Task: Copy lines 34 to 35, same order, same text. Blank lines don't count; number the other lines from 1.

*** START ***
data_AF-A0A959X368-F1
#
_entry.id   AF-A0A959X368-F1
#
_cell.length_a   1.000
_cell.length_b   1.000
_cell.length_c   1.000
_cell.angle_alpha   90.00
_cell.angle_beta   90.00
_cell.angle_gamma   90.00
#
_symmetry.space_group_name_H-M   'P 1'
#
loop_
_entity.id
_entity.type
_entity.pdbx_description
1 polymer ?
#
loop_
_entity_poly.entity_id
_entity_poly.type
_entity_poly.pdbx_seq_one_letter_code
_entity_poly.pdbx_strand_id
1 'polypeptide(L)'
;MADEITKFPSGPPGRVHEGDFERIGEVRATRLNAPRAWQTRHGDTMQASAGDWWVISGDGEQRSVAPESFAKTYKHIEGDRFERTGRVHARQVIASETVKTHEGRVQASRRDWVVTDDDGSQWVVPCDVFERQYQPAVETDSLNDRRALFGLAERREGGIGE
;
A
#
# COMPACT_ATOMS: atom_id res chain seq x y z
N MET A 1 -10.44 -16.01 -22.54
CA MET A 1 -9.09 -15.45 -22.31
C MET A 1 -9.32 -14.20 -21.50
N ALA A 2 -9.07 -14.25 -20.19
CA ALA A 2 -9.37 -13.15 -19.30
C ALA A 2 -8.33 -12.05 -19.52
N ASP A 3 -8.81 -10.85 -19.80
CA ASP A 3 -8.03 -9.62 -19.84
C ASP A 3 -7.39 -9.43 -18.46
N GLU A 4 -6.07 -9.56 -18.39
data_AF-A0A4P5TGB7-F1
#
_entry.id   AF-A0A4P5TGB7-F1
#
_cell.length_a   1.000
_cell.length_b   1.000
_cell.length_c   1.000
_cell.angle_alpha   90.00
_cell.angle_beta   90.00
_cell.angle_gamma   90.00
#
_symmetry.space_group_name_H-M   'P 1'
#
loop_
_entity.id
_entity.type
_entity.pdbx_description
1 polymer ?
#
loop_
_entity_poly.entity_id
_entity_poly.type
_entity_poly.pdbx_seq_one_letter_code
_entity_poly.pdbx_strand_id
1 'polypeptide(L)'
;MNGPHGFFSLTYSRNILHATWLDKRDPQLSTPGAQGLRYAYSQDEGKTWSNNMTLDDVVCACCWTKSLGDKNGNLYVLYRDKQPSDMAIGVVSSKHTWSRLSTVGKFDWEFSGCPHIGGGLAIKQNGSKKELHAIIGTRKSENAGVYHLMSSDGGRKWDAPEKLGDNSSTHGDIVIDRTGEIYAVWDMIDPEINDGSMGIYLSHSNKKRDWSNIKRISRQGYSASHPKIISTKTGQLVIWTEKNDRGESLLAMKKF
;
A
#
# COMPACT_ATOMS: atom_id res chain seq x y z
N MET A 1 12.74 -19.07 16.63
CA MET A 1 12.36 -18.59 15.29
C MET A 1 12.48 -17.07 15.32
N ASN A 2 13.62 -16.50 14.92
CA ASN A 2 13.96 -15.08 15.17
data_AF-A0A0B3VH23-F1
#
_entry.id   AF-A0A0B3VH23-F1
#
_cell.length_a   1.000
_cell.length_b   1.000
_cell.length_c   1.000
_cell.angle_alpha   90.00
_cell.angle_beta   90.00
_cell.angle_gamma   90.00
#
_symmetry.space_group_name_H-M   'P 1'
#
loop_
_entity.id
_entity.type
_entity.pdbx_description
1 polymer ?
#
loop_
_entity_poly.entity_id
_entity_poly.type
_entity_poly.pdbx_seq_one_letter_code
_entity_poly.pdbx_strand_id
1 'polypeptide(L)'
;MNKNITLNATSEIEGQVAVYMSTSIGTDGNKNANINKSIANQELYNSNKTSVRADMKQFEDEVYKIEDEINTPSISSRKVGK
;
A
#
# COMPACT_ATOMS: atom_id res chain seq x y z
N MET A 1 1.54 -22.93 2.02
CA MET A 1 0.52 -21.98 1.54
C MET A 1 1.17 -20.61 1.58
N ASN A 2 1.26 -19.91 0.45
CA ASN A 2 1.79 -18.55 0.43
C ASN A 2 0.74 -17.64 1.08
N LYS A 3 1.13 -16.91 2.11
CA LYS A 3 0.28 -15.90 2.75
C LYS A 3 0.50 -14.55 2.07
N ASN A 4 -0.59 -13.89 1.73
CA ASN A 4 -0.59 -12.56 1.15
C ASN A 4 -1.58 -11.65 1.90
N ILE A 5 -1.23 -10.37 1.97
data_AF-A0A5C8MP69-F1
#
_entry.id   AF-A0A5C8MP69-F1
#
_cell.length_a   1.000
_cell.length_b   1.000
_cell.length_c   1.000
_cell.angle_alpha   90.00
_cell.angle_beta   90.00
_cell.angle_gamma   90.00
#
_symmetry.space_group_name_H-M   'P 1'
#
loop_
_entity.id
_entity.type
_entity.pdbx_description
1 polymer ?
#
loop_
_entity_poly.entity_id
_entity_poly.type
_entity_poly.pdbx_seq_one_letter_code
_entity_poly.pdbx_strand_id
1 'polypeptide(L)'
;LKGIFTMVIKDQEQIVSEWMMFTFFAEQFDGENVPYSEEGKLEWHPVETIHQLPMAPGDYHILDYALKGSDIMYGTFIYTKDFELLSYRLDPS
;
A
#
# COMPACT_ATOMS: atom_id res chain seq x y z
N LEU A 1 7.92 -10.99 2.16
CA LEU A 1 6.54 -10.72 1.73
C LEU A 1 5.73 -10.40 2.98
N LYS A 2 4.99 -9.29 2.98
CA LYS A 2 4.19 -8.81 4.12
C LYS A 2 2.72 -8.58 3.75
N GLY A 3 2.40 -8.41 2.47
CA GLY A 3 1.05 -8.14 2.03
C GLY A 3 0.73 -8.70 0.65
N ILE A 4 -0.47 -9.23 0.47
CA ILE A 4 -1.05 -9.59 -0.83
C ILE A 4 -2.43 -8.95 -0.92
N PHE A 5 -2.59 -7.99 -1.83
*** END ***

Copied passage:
N ALA A 2 -9.07 -14.25 -20.19
CA ALA A 2 -9.37 -13.15 -19.30